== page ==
Embla Field is located within the Greater Ekofisk Area in the Norwegian sector of the southern North Sea, 5 km south of the Eldfisk Field. A well drilled in 1974 indicated the presence of hydrocarbons. The producibility of the reservoir was proved by a well drilled in 1988. An appraisal well drilled in 1989 confirmed the discovery. During tests, the field produced volatile oil from a thick, pre-Jurassic sandstone sequence at about 4200 m TVD. Reservoir pressure is 828 bar and reservoir temperature is 159°C. A three phase development plan for the field was proposed and approved in 1990.
Seismic definition of both the top of the reservoir and its internal geometry is poor. Log, core, and DST information indicate that the reservoir is geologically complex. In order to allow for geologic complexity, minimize economic risk and obtain the necessary information for optimum reservoir management, the first phase of the development will be a low cost wellhead platform which will take advantage of the existing infrastructure. Production from this phase will start in late 1992.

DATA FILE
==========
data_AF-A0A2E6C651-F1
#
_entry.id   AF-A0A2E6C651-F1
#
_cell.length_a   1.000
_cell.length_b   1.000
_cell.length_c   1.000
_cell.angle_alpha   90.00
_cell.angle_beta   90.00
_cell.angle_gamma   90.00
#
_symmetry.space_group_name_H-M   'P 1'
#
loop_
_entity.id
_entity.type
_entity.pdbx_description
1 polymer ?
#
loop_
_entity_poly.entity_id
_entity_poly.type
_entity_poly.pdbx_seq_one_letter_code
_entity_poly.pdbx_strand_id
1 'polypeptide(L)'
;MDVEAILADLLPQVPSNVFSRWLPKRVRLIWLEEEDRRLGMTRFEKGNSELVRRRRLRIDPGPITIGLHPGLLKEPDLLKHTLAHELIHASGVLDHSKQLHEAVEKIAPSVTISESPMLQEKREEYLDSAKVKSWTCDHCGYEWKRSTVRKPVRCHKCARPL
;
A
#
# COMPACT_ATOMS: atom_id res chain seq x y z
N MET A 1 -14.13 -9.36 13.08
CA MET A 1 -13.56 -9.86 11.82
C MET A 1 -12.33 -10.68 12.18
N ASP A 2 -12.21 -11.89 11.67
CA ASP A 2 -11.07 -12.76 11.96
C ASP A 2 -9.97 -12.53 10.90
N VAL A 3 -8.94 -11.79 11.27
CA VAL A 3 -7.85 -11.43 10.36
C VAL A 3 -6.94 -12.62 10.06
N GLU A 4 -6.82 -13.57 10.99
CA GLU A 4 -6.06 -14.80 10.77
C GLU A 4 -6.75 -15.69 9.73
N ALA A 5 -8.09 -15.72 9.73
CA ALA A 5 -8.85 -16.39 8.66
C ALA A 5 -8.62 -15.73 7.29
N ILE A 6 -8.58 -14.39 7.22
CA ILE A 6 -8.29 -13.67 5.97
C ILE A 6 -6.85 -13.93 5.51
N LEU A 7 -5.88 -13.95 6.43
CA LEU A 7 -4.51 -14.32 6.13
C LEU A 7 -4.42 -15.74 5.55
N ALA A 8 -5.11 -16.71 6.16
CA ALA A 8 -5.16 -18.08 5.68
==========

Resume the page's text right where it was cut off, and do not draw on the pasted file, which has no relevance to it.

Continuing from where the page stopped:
Phase I will consist of pre-drilling up to 6 wells in a step-out fashion, installation of a remotely monitored 18 slot platform and one year of special reservoir monitoring from the pre-drilled wells. The reservoir monitoring program is designed to establish reservoir continuity and production characteristics. The information obtained information obtained from the first phase will form the basis for the rest of the development.
Phase II will include infill drilling and development of the remainder of the field. Phase III will be a pressure maintenance/improved recovery program.
Several alternative development schemes, including conventional delineation of the reservoir or test production through a subsea completion, were considered. The selected alternative best addressed the uncertainties of Embla while taking advantage of the existing infrastructure.